One of the innovations of the restaurant was it that it was planned to be waiter-less. Murray had been thinking for some time of how to do away with the nuisance of having a waiter hovering while you discussed private affairs with friends. So in the new restaurant the idea was that you gave your order on entering. When seated, the courses would appear on the centre of the table from the serving room beneath. But whether this was instigated as a feature is not known and was certainly not visible in the main ‘Pompeian’ dining room.
Whatever the debate over seating the new restaurant was a huge success and the opulence of the décor greatly admired but was the cuisine any good? At first dining was the main pre-occupation, so presumably the menu was outstanding, but as the dancing craze took hold in 1912, Murray’s, like all New York restaurants, was forced to change. In April 1912 a small scale cabaret was inaugurated that featured the creation of a small dance floor, music from a 12 piece orchestra and a show with the ‘turkey trot’ dancers Andre and Hazel Murray, all continuing until 4am.
The programme was changed regularly and in the summer of 1913 Clifton Webb, who later found fame in Hollywood, began his cabaret career as partner to Bonnie Glass at Murray’s. Webb had been appearing as a musical comedy dancer and one night was spotted dancing socially at the Jardin de Danse by Bonnie Glass, who had made a name for herself as a society dancer and hostess, and snapped him up. The following year he would partner Mae Murray and Bonnie Glass took a young Rudolph Valentino as her next partner. Both Murray and Valentino would later also find fame in Hollywood.
Shows and featured artists appeared regularly and in early 1914 De Leyer a French dancer appeared dressed as a Mexican Vaquero and a Spanish Picador. It was the first time that a dancer had worn such costume rather than the obligatory evening clothes.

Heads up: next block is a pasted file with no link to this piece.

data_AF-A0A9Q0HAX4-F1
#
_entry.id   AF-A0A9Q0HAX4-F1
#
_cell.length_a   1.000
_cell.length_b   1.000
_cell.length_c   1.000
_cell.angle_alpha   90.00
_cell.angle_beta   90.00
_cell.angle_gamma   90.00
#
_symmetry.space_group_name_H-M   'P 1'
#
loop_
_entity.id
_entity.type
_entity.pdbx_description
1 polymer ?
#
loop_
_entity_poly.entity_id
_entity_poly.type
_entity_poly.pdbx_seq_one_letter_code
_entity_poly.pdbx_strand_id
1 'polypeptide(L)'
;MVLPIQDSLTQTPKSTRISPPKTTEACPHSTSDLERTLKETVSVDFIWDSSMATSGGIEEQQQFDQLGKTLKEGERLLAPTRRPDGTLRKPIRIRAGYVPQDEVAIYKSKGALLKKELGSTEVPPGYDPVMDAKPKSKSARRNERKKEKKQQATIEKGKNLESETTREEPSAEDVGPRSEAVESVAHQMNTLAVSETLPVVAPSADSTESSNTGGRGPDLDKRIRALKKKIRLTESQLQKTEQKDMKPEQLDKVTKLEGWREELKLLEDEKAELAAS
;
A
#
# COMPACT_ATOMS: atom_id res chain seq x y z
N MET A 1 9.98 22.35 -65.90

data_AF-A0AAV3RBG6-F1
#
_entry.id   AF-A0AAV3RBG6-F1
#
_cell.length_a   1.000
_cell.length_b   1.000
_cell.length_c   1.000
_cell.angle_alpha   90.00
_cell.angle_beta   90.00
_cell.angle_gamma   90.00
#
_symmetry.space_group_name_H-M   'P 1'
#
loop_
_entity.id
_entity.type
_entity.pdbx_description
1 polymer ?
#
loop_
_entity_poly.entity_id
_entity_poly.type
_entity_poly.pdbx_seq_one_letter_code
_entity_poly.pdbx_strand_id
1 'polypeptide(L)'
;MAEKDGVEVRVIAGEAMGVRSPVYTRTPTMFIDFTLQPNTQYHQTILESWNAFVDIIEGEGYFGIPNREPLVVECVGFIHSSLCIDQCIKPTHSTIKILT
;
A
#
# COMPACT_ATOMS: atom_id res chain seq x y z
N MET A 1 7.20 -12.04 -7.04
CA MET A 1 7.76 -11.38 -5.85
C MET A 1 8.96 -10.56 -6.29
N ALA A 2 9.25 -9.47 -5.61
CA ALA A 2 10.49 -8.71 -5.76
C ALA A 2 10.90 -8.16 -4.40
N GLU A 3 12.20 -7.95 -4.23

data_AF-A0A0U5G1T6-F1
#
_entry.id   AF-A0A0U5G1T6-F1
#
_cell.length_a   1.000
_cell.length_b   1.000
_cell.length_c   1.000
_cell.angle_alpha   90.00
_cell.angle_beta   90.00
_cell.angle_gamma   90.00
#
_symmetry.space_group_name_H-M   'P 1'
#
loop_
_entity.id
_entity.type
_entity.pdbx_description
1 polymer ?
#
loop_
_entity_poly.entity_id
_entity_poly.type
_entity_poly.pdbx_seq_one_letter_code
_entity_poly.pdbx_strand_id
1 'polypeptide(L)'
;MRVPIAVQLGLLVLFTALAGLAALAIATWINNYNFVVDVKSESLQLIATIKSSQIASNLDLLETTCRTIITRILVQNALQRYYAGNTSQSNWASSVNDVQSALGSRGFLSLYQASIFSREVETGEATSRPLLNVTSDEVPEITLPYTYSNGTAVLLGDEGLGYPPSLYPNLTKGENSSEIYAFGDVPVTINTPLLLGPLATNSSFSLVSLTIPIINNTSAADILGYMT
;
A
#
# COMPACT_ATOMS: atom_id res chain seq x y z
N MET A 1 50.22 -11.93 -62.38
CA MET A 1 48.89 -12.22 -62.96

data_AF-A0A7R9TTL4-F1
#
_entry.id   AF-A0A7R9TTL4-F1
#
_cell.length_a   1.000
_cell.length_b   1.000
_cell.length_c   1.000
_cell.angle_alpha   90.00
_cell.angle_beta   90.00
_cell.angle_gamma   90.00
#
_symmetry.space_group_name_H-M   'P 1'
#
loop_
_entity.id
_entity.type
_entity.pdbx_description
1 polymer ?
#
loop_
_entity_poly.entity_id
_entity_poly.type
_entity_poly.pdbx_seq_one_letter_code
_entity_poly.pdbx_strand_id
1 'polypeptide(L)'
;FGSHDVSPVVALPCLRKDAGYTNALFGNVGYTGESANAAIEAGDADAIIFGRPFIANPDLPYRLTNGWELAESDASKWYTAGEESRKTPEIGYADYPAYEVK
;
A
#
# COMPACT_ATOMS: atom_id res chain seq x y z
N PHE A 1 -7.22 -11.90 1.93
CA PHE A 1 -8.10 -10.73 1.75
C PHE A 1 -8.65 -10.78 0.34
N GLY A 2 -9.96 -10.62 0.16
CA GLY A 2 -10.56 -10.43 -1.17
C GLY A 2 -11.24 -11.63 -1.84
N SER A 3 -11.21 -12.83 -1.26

Sometime in 1915, Murrays decided they needed to improve their facilities and installed a 30 foot circular revolving dance floor that rotated slowly completing each rotation in one hour. It was a novel innovation that may have been captured on film when Cosmos films used the restaurant as a location in Fine Feathers starring Janet Beecher, released in June 1915.
Following the trend for more elaborate shows in other venues, Murray’s jumped on the band wagon and in late 1916, for example there was a show staged by Pat V. Kyne with Grecian dances followed by an Egyptian Revue with a cast of 12.
When John L Murray died in late August 1917, Murray’s continued but hugely difficult times were ahead with the introduction of Prohibition in January 1920. The effect proved to be devastating to the New York entertainment and restaurant business. At first Murray’s carried on staging even bigger shows and in the summer of 1920, when cabaret entertainment was in a slump, Murray’s went ahead and staged a Nils T. Granlund show full of glamorous girls as an enticement which appeared to click. Shows in 1922 were staged by Joseph A Susskind, the manager of Blossom Heath Inn, including the Bathing Beach Revue in two parts with principals, a chorus of 7 and a $1 cover charge. Andre Sherri staged a further show in the spring of 1923 with principals and a chorus of 18 but business was failing and in May Murray’s Roman Gardens was forced to close.
At first a Chinese combo took over the resort but then Hubert’s museum took over several floors with a freak show, a penny arcade and famous flea circus. The flea circus closed around 1965, and the space was occupied by a peep show. Upstairs the private rooms became a notorious brothel of young men called the Barracks.
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Variety and Pittsburgh Press.